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Liam Neeson: Action movies and Abe Lincoln

The Irish actor tells us why he took the part in ”Taken,” why the action flick is such a hit, and when he’ll don the stove-pipe hat

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He’s been nominated for an Oscar, played a Jedi, and made out with Peter Sarsgaard. But now Liam Neeson is really getting Hollywood’s attention with Taken, the sleeper hit about a retired CIA agent’s search for his kidnapped teen daughter. The film has earned $95 million since its Jan. 30 release ($165 million worldwide) and continues to surprise at the box office. In fact, the domestic grosses went up during its third weekend in theaters (granted, it was a four-day weekend, but still…).

”I’m very, very chuffed,” says Irish-born Neeson, 56. (It means ”pleased.”) ”When I took the part, I was sort of between jobs. I saw it as a no-brainer story with a good emotional arc and a whole bunch of physicality to it. I thought, ‘This will fill things in nicely.”’ Not that Neeson’s résumé needs padding. He’s acted in more than 30 films over three decades, from dramas like Schindler’s List and Kinsey to blockbusters like Batman Begins and Star Wars: Episode I — The Phantom Menace. But Taken is the first straight-up action movie Neeson has headlined since 1990’s Darkman, and it’s the biggest hit he’s ever carried on his own.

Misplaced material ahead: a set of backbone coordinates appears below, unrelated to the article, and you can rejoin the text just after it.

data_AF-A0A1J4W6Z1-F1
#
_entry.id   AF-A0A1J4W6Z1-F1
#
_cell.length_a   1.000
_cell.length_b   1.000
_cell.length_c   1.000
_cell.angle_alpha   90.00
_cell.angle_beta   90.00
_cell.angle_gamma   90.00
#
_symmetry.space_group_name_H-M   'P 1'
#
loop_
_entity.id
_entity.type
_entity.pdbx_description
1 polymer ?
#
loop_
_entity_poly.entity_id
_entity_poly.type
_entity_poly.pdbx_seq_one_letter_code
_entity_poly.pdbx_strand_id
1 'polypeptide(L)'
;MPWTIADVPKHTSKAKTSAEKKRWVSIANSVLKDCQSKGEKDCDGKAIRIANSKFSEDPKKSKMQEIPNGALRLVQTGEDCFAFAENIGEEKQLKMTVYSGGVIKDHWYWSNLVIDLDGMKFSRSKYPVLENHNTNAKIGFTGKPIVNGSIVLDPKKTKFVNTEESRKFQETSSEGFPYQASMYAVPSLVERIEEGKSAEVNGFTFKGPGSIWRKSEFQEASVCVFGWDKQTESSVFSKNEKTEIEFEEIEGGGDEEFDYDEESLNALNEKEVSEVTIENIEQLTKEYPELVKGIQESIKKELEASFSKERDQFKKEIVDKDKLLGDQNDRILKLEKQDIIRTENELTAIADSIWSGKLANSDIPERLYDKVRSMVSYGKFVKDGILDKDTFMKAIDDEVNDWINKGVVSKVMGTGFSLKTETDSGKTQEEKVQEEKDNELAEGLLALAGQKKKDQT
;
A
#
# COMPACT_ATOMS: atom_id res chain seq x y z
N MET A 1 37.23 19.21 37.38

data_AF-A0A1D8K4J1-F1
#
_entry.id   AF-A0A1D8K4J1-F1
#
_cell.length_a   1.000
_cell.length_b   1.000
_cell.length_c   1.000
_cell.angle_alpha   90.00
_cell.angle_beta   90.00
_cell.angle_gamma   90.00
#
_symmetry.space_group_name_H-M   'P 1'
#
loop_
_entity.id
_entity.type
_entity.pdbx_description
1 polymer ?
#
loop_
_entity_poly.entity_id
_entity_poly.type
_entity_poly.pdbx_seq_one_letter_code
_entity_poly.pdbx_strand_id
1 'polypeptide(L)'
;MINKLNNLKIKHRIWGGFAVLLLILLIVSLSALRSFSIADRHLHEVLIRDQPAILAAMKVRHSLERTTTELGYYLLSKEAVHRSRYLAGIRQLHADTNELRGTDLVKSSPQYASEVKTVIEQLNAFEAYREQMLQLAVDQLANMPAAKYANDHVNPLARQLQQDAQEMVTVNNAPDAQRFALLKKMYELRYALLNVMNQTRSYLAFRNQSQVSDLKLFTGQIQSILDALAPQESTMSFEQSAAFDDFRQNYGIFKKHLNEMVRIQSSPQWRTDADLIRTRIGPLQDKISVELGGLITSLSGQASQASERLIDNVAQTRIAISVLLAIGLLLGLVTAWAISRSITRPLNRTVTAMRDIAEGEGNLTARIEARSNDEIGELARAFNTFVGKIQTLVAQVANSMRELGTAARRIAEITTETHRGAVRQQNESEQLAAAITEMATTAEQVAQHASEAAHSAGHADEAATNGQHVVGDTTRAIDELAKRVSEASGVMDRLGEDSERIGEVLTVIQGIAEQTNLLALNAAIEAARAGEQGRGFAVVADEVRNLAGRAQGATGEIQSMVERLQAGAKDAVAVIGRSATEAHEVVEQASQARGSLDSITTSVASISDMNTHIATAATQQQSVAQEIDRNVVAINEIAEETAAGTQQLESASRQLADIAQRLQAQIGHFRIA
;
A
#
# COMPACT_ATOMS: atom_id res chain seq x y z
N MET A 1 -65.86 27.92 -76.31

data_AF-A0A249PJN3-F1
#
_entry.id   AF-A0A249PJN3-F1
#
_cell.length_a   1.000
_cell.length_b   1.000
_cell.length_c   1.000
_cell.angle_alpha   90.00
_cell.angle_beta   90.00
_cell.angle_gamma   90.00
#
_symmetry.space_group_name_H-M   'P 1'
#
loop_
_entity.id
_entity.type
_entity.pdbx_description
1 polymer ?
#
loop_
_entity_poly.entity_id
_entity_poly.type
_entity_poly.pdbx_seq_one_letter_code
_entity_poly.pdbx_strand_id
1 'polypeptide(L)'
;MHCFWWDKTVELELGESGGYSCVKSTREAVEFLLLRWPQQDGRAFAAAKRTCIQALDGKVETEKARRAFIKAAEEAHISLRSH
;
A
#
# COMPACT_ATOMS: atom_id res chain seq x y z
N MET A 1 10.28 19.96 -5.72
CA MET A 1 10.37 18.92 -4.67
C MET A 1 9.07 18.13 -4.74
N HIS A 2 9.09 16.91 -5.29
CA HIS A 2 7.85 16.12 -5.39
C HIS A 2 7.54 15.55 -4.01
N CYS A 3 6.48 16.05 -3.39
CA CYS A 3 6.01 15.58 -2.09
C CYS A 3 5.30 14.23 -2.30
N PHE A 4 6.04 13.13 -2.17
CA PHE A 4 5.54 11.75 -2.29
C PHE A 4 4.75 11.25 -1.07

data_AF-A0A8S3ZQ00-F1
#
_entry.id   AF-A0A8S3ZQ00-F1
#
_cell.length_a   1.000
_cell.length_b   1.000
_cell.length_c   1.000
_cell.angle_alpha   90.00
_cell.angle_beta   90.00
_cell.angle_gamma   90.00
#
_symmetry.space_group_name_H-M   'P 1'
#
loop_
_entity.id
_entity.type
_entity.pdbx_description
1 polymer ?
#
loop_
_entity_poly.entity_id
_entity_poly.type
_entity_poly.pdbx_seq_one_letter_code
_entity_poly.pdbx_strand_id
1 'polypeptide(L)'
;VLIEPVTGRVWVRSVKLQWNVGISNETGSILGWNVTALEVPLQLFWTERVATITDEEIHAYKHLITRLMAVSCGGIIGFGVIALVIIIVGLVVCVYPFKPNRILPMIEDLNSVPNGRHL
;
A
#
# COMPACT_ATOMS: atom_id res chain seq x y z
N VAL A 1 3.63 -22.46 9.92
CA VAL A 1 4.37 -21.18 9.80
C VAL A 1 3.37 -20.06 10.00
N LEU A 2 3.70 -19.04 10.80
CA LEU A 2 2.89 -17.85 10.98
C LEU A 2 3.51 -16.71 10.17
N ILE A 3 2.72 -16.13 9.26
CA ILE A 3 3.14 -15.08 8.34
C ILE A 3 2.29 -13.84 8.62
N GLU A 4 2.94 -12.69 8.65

”I have a theory as to why Taken is doing well,” Neeson offers. ”People are angry and disgruntled about the economy. They’re empathizing with a guy who takes matters into his own hands. There’s a catharsis that comes from that.” Maggie Grace, who plays his missing daughter, has a different take: ”People would rather see an action movie with Liam Neeson than some other actor of less substance. Every word that comes out of Liam’s mouth has so much weight — it lifts the genre.”

Whatever’s drawing crowds to Taken, it’s a good time to be Liam Neeson. ”I can see certain doors opening wider,” he says. His new action-hero status suddenly makes Five Minutes of Heaven look a lot more interesting (the indie film about Irish political strife premiered at Sundance) and ups the profile of Atom Egoyan’s Chloe, a family drama Neeson started shooting in Canada this week. And his new clout could be a boon for his long-deferred dream project — playing the guy in the stovepipe hat in Steven Spielberg’s Abraham Lincoln biopic. ”I’ve been waiting to put that hat on for three years,” says Neeson. According to Spielberg’s publicist, the film is ”proceeding…and our plans are now to shoot the picture later this year.” — With additional reporting by Christine Spines

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